Children are just as likely to end up in hospital if they catch COVID-19 as they are with the flu, a new study has found.
While that's further evidence children aren't as badly affected by the new coronavirus as adults, there's more bad news for the latter, with separate research suggesting it causes long-term lung and heart damage in most patients who require hospital-level care.
While most respiratory diseases hit the very young and very old hardest, COVID-19 - caused by the SARS-CoV-2 virus - is unusual, in that its lethality directly correlates with age - the younger you are, the more likely you are generally to survive.
Scientists in the US looked at hundreds of child cases of COVID-19 and influenza, and found "no difference in hospitalisation rates, intensive care unit admission rates and mechanical ventilator use".
Children with COVID-19 were more likely to have a fever, diarrhea, headache, body aches and chest pains or vomiting, but their survival and hospitalisation rates were the same.
The researchers also found that children hospitalised with COVID-19 were 54 percent more likely to have underlying conditions contributing to the severity of the disease - also a common feature in adult cases.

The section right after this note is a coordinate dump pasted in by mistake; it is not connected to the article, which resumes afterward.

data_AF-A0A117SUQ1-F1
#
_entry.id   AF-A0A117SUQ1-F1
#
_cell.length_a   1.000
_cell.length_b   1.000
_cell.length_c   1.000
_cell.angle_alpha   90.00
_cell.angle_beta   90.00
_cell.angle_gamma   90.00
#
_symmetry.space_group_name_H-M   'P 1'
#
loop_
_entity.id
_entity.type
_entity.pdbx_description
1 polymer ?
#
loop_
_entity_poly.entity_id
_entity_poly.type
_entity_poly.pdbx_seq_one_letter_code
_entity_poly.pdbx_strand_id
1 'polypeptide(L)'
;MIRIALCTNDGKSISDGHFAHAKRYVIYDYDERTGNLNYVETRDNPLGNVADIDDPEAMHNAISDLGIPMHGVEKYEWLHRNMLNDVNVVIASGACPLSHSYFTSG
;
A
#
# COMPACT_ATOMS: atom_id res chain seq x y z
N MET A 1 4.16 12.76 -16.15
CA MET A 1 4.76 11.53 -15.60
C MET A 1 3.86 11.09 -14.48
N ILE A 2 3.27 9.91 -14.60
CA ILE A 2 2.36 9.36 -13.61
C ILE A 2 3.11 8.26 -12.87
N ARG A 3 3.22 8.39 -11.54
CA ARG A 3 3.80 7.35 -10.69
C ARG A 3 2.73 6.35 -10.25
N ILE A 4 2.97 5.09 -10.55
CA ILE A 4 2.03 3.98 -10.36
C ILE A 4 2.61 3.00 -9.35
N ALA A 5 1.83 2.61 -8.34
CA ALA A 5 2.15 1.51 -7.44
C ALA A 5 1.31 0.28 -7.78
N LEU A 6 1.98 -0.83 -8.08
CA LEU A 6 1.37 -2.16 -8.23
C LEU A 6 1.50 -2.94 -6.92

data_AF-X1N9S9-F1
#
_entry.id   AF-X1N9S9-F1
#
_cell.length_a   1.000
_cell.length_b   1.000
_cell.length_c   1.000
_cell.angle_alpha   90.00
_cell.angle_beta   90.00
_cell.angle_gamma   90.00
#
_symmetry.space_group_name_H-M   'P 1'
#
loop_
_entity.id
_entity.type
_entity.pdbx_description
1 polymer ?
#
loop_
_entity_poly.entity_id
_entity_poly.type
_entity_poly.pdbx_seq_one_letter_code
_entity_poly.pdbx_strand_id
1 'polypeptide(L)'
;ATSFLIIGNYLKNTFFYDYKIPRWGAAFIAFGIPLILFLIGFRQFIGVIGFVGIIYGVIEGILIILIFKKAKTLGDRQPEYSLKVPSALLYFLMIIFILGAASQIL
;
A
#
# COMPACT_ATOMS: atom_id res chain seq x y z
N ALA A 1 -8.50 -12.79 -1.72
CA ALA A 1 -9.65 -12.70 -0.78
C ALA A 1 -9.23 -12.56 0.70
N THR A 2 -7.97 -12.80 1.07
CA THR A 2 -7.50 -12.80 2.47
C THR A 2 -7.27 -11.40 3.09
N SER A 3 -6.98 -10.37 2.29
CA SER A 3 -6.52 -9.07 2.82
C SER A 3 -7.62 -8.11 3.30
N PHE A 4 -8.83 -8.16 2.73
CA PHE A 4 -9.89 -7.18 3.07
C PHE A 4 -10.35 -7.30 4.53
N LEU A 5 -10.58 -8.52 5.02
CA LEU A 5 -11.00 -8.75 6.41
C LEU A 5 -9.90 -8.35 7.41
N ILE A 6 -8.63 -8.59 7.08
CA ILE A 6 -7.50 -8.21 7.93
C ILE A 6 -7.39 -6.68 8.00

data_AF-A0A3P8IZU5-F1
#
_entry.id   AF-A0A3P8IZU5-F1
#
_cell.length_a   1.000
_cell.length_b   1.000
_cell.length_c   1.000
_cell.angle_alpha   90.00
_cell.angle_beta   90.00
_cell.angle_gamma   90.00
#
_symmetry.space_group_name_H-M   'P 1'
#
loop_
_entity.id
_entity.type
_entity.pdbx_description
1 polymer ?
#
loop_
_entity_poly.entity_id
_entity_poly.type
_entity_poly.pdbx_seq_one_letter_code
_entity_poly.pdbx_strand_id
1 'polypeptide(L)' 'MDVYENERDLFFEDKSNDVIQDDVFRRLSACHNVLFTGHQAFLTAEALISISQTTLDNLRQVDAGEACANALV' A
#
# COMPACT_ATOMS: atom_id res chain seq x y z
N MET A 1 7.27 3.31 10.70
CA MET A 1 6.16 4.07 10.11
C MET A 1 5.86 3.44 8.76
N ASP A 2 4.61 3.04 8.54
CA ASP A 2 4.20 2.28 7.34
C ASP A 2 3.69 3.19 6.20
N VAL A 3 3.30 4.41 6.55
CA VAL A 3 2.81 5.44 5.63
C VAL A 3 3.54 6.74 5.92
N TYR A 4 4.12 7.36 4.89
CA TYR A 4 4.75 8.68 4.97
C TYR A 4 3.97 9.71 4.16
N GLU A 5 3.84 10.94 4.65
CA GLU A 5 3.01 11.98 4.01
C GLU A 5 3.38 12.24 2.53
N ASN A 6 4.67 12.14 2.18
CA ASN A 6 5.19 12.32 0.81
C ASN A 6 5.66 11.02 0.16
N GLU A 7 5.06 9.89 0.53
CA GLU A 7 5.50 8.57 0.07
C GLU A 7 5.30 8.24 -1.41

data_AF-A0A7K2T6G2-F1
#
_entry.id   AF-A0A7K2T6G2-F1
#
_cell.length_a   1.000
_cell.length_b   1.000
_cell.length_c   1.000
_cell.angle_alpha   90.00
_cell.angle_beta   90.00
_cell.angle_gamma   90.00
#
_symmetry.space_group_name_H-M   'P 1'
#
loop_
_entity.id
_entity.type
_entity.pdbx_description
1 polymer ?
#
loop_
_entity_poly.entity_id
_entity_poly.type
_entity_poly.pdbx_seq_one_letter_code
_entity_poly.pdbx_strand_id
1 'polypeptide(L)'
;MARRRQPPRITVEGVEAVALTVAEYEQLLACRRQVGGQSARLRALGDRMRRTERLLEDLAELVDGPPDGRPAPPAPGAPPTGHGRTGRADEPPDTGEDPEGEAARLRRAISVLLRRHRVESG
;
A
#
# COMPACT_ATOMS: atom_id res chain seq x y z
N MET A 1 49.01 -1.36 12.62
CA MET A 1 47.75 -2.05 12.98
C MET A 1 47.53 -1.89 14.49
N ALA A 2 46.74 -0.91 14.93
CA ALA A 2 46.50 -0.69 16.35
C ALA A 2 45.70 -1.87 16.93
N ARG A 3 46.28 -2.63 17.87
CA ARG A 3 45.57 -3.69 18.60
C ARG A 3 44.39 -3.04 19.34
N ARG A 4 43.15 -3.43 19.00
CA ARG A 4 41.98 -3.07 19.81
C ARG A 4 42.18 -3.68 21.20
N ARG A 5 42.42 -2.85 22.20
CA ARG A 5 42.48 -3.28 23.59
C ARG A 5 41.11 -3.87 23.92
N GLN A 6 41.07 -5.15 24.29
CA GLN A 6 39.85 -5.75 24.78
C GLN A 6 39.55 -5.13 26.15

The findings were published in journal JAMA Network Open.
The study didn't look into MIS-C, the mysterious inflammation syndrome in children beleived linked to the same virus which causes COVID-19, which has proven to be fatal in some cases.
Also, early results from ongoing research into COVID-19's long-term effects this week was presented at the European Respiratory Society (ERS) International Congress in Vienna.
Researchers looking at cases in Austria found in about 88 percent of people who require hospital treatment for the disease, lung damage caused by inflammation and fluid is still visible in scans six weeks after being discharged.
At the 12-week stage, 56 percent of patients still had signs of lung damage.
"The bad news is that people show lung impairment from COVID-19 weeks after discharge; the good news is that the impairment tends to ameliorate over time, which suggests the lungs have a mechanism for repairing themselves," said Sabina Sahanic of the University Clinic in Innsbruck, who contributed to the research.
Six weeks after discharge, 47 percent of patients still had problems with breathlessness, reducing only slightly to 39 percent by week 12. Fifteen percent of patients still had a persistent cough 12 weeks afterwards.
Around 60 percent were still having heart and circulation problems six weeks after discharge.
"Biological indicators of heart damage, blood clots and inflammation were all significantly elevated," the European Respiratory Society said in a statement.
Dr Sahanic said COVID-19 didn't appear to be attacking the heart specifically - the problems just a consequence of how severe the disease can be.
"It is sobering to hear that more than half of the patients in this study showed damage to their lungs and hearts 12 weeks after hospital discharge, and that nearly 40 percent were still suffering from symptoms such as breathlessness," said Theirry Troosters, president of the European Respiratory Society.